I loved the Gothic feel of many scenes, such as Lovelace showing up in Clarissa’s hotel as a gouty old man. I’m not sure if it’s called pre-Gothic or Gothic; it’s been described both ways. On Masterpiece Theatre, which showed the movie version in the spring of 1992, it was called a Gothic. It came out before the supernatural tales of the 18th and 19th centuries, but had the traditional elements of a Gothic: A young, virtuous virgin is abused and locked up by a dirty, usually old, man.
Richardson’s book Pamela, an earlier work, had a similar theme, except that the dirty man was young and handsome, and eventually “reformed.” In Clarissa, the man was young and handsome, but did not reform.
The book was far more intense and intricate than the movie could possibly have depicted, with a remarkable understanding of psychology and the thoughts/motives of each character.
I laughed when Clarissa’s coffin arrived and she had it dragged up the stairs to her room. She shocked everyone in the hotel, who said, how could she bring her coffin into her room? She said, how could they be so surprised, since it was just a box to hold her earthly body? She expected to die and go to Heaven, where everything would be beautiful and peaceful.
Two songs became associated in my mind with Clarissa. The first was “Unchain” by Whiteheart, on a CD I got for Christmas. I listened to it over and over during Christmas Break, and the beautiful melody seemed to fit somehow as I read. Maybe it was the plea for God to “release my soul” and to “unchain.” After all, Clarissa kept pleading for Lovelace to release her, and no longer keep her a prisoner in the brothel where he had taken her.
The second song was “Ordinary World” by Duran Duran, a song which came out over Christmas Break and was played over and over as I listened to the radio while reading. I also taped it. The melancholy music and lyrics fit Clarissa well. The song may have been about a breakup, but Clarissa’s sadness was due to the rape, betrayal and abuse from someone who said he loved her. When she died, all the pathos made my eyes mist and my nose tickle.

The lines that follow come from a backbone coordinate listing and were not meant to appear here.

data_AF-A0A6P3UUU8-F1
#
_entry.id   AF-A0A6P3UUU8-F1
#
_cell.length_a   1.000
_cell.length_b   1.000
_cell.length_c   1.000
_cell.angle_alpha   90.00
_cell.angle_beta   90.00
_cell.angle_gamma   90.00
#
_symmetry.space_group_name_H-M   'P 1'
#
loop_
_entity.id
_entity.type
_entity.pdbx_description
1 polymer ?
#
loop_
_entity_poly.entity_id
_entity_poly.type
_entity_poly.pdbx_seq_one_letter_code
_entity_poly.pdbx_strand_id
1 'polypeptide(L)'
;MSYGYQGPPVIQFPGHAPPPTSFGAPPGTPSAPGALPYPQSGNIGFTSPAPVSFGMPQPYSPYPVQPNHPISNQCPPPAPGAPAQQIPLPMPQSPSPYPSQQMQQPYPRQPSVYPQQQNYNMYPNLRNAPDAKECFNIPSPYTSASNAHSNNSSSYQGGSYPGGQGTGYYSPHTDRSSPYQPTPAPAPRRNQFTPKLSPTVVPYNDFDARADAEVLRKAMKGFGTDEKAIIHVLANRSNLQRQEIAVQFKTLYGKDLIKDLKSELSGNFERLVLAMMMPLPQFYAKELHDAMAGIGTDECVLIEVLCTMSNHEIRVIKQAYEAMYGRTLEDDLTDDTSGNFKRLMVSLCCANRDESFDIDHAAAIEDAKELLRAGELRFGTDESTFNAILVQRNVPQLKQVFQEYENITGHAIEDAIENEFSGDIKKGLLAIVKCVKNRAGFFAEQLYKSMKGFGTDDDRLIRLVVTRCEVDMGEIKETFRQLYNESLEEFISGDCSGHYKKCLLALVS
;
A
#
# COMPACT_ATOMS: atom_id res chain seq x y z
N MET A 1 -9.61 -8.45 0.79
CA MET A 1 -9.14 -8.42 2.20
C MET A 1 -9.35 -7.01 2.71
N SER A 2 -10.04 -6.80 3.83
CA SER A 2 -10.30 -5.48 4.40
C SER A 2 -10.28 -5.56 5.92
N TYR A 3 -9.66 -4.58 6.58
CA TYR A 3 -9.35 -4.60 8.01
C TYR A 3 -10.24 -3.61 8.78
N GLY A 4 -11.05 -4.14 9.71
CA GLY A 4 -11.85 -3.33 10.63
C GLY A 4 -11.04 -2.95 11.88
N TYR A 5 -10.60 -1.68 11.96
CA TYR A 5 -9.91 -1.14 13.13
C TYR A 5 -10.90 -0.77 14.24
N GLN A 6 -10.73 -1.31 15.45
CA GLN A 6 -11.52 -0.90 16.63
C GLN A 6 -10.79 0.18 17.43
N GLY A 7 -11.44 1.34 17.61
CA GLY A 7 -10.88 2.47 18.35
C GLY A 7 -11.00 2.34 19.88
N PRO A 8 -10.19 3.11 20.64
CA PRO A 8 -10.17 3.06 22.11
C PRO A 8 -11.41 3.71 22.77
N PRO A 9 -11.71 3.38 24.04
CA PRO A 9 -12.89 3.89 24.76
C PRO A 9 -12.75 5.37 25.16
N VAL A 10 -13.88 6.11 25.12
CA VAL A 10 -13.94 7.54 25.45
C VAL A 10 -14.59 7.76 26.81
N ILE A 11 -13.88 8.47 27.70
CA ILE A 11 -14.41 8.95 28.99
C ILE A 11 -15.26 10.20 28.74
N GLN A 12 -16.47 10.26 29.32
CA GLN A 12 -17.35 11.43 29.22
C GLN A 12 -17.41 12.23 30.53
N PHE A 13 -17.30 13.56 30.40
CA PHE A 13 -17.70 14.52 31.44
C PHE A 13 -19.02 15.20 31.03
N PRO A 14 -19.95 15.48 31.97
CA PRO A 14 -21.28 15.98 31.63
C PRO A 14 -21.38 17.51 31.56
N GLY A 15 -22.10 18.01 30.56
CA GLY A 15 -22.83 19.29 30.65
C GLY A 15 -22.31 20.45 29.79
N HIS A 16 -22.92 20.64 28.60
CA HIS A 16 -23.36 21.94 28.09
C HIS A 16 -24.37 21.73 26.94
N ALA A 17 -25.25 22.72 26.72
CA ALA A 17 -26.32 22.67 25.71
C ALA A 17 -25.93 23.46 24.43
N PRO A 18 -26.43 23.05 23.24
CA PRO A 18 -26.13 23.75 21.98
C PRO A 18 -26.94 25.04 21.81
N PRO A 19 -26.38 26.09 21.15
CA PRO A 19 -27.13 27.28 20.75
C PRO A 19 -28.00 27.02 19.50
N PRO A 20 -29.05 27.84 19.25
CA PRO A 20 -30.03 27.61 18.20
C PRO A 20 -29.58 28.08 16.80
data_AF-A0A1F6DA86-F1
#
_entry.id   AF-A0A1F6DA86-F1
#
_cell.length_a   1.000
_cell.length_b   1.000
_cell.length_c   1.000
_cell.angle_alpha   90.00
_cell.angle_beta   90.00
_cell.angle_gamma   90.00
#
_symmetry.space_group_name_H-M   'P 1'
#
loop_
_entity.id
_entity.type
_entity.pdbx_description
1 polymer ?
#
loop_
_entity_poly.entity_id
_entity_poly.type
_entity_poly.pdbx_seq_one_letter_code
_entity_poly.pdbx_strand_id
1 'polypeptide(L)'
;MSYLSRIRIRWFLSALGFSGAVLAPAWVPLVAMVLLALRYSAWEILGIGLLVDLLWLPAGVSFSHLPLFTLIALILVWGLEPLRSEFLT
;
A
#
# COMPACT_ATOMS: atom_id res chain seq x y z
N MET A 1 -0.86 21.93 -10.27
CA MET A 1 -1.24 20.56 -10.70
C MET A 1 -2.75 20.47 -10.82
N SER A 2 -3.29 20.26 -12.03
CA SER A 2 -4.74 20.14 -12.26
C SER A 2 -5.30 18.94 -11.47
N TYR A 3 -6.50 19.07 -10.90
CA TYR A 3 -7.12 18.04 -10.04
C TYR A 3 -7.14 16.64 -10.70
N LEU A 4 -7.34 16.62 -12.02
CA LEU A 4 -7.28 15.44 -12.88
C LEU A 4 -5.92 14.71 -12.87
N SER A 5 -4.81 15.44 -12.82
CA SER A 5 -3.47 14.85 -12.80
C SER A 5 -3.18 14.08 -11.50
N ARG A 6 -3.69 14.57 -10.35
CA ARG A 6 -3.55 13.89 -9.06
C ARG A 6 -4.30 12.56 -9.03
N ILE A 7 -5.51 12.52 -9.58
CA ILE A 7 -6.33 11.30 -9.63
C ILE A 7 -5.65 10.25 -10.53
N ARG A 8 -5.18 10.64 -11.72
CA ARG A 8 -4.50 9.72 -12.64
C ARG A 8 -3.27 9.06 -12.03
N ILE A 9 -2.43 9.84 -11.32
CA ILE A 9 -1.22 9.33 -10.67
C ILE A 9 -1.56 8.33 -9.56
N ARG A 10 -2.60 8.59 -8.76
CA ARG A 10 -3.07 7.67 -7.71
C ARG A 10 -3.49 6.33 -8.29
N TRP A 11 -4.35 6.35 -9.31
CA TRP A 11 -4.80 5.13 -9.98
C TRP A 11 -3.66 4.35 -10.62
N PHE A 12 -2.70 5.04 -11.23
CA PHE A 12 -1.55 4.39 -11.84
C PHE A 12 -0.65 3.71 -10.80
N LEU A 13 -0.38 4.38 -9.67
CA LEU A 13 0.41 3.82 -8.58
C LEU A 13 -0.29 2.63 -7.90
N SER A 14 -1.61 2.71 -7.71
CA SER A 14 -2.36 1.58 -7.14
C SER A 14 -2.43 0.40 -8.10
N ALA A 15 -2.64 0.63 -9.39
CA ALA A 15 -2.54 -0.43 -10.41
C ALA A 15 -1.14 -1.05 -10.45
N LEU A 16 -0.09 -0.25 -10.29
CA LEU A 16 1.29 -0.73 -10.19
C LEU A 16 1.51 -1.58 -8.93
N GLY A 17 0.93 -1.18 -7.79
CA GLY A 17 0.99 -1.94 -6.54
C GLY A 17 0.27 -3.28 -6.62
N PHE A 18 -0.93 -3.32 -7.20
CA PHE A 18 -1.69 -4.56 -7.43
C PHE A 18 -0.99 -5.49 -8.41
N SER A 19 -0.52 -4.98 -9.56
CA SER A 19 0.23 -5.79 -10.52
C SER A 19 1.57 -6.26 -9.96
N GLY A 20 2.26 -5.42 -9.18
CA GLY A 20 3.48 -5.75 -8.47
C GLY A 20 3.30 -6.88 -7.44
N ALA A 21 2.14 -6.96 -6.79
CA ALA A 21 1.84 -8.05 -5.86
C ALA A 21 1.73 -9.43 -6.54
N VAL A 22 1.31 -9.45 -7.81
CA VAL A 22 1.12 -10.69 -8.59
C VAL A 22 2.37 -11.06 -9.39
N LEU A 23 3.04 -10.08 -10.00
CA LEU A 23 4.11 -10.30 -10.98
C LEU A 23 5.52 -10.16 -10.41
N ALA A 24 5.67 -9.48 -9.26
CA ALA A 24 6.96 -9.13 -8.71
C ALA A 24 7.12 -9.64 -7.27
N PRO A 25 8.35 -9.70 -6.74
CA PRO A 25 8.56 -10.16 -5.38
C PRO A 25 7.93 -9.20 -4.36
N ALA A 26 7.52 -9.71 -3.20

I drew pictures of the characters, to help me visualize them and their period clothing, since characters are often a blur of emotion and action as I read. They rarely take on a concrete appearance unless I can look at a picture. This may be because of NVLD.
I based the first picture of Clarissa on a plate in the “Fashion and Clothing” article from our 1960s Collier’s encyclopedias. This was my masterpiece. I somehow got her haircolor mixed up: I thought she was a brunette and her friend Anna a blonde, though it was the other way around.
But Clarissa’s features–based on beautiful British actresses I’d seen over the years–were lovely enough to fit her description. I tried to draw Lovelace, but I preferred the one in the movie, Sean Bean. I’ve never been good at drawing men, who end up looking effeminate.
I admired Clarissa, the paragon of virtue, and the ending brought me close to tears. I admired her as my ideal, but did not act like her when Shawn got me alone. Maybe I connected with her on a subconscious level, since I knew what it was like to be lied to, lied about, and emotionally abused by men, though I did not yet know just how bad it could get (Phil, a year and a half later).
I had no clue why this happened. I suppose the natural gullibility caused by NVLD, and the ostracism I’d often experienced throughout my schooling for no reason I could see, made me an easy target. Boyfriends were never easy to find, especially when my faith said they had to be Christians–and even the Christians could be jerks.
I wanted to stop the abuse, but had no idea how. I couldn’t control Peter’s actions, and still hoped Shawn would stop criticizing me and fall in love with me.
Here are two of my best “Clarissa” pictures. The bottom one was drawn in 1997. When I showed the first one to my friend Becky in South Bend, she grabbed it with an “Ooh!”: